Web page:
A few posts ago I promised to include responses from our Grandchildren to some questions I suggested.  Tonight I am keeping that promise. 

The first two below are Abigail and Ashlyn.  They are the children of our Daughter, Lisa, and her Husband. Denis.  That family moved here to spend the last two years before I retired near us so that they could help us.   Just the natural attrition over the years had begun to diminish the number Volunteers from our church available to be with Mary Ann while I was working far more than forty hours a week, including evening meetings.  A year ago, when I retired, that family moved back to their home some ten hours away.  The girls got to know Mary Ann well during that two years, since she was at their house or they were at our house two days a week.   Abigail is now 6 and will turn 7 in November.  Ashlyn will turn 5 in a few days. 

Chloe is our oldest Granddaughter.  She is the Daughter of our Son, Micah, and his Wife, Rebecca.  Chloe is 10 and will be 11 in November.  That family has lived about three hours away until moving only a little over an hour away a few years ago.  Chloe can remember Mary Ann from a time when she was much more communicative than she is now.  She has always been ready to help Mary Ann whenever there was something she could do. 

Her are the Grandchildren’s responses:

Abigail’s Notes: 

What do you like about Grandma? I like her clothes.  I think her socks look silly. 

What do you think about when Grandma stands up on her own or when she faints and Grandpa or one of your parents have to go over and hold her up?  I like bringing the wheelchair over.  I think it hurts when she hits her head.  She gets a bump on there. 

What would you like to say to Grandma?  I hope you feel better Grandma.  I wish Grandma could run and play with me.  We would go to the movies and go to the swimming pool and the park. 

If one of your friends had a Grandma that was sick like yours, what would you tell them to do to make her feel good?  Give her some medicine and do what she wants them to do.  Like get her some juice and get her wheelchair when she needs it.  Bring her food in bed.  Let her sleep in.  That’s all.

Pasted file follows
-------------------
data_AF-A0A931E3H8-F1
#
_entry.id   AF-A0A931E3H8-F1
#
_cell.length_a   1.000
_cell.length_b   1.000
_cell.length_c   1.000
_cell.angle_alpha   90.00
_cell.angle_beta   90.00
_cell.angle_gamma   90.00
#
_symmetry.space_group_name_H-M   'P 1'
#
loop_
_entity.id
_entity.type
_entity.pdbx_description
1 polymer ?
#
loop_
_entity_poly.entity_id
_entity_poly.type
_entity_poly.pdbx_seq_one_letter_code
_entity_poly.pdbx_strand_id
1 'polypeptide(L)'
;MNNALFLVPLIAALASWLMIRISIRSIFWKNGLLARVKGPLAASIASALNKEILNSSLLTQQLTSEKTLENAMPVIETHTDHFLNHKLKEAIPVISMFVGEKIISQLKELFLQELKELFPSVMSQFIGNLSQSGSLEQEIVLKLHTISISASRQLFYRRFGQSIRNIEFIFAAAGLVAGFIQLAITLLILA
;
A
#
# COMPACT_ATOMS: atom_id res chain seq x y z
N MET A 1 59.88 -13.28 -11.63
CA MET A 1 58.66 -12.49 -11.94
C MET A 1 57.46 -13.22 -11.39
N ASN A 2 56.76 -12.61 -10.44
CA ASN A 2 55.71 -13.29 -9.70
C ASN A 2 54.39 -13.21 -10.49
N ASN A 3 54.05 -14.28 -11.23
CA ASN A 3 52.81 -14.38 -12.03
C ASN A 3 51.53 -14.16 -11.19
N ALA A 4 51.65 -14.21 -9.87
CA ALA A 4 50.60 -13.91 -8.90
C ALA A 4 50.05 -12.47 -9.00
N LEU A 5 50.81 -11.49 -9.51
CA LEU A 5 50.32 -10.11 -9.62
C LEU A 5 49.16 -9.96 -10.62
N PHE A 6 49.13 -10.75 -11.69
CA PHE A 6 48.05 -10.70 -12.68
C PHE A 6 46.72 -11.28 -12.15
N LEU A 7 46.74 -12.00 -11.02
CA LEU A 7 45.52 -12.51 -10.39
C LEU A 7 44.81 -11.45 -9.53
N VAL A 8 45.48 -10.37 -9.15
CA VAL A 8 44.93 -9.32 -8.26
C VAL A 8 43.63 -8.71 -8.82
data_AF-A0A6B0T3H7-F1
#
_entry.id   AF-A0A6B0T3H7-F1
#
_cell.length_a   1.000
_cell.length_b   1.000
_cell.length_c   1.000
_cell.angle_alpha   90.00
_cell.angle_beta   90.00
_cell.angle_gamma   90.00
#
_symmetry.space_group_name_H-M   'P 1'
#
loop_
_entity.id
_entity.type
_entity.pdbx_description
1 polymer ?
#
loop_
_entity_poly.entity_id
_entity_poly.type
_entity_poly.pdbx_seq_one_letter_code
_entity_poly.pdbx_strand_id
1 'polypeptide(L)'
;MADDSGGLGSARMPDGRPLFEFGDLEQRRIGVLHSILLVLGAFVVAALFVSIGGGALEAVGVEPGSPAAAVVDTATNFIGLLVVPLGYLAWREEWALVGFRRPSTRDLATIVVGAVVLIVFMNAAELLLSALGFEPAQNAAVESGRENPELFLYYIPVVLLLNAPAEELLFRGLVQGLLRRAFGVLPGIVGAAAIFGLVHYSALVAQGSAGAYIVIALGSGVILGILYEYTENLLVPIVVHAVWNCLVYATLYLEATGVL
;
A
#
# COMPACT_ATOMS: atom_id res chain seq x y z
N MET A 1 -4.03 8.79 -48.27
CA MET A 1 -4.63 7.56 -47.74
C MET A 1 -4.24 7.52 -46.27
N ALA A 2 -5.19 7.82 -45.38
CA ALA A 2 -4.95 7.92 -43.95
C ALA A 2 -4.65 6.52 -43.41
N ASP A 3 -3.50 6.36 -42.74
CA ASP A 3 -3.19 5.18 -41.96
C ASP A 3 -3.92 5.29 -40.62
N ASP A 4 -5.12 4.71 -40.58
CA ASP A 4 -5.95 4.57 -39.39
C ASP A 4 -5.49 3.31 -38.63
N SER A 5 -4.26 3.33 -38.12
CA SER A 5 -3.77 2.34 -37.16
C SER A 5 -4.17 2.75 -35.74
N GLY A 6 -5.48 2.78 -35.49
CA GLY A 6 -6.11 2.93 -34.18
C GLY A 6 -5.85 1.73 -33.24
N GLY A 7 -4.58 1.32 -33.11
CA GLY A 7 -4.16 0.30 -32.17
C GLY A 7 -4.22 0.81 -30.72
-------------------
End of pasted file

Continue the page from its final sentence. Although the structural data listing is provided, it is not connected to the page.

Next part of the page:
Other comments: Grandpa, do you want some help with Grandma? 

 Ashlyn’s Notes: 

 What do you like about Grandma? She’s nice.  I love her.

 What do you think about when Grandma stands up on her own or when she faints and Grandpa or one of your parents have to go over and hold her up? I feel sad. 

 What would you like to say to Grandma? I love you Grandma.  I hope you feel better.

 If one of your friends had a Grandma that was sick like yours, what would you tell them to do to make her feel good? I would tell my friend—I’m sorry.  Tell your Grandma that you love her.

Chloe’s Comments:

grandpa,  what i like about grandma is that if she says that she is going to do something, she sticks to it and never gives up. whenever grandma fainted when i was little i would panic majorly, but now i understand her illness and now know to react in a calm manor. right now all i have to say is grandma to just keep going. if i had a friend that had a very sick relative like my grandma i would just tell them to keep there spirits high.

Needless to say, we are very proud Grandparents.   I think we and their parents would agree that while this hasn’t been easy on the girls, they have grown in understanding of the needs of others.  Hopefully, they will be better people when they grow up than they would have been if they had not had a Grandma who needed their attention and their help.  

If I live long enough to hear about it, I will be very interested in what they remember when they are young adults about these years, what they recognize to be the impact on who they have become. 

If you want to write a comment about this or any of the posts on this blog, look to the column on the right side of this page, titled “Recent Posts,”  click on the name of a post and you will find a box at the end of that article in which you can write a comment.  Clicking on the title of the post you are reading will accomplish the same thing.  Comments are appreciated.

Advertisements
When I asked ourt adult children to share some thoughts on their view of our situation and their role in it, I included some questions for their spouses in case they felt comfortable commenting.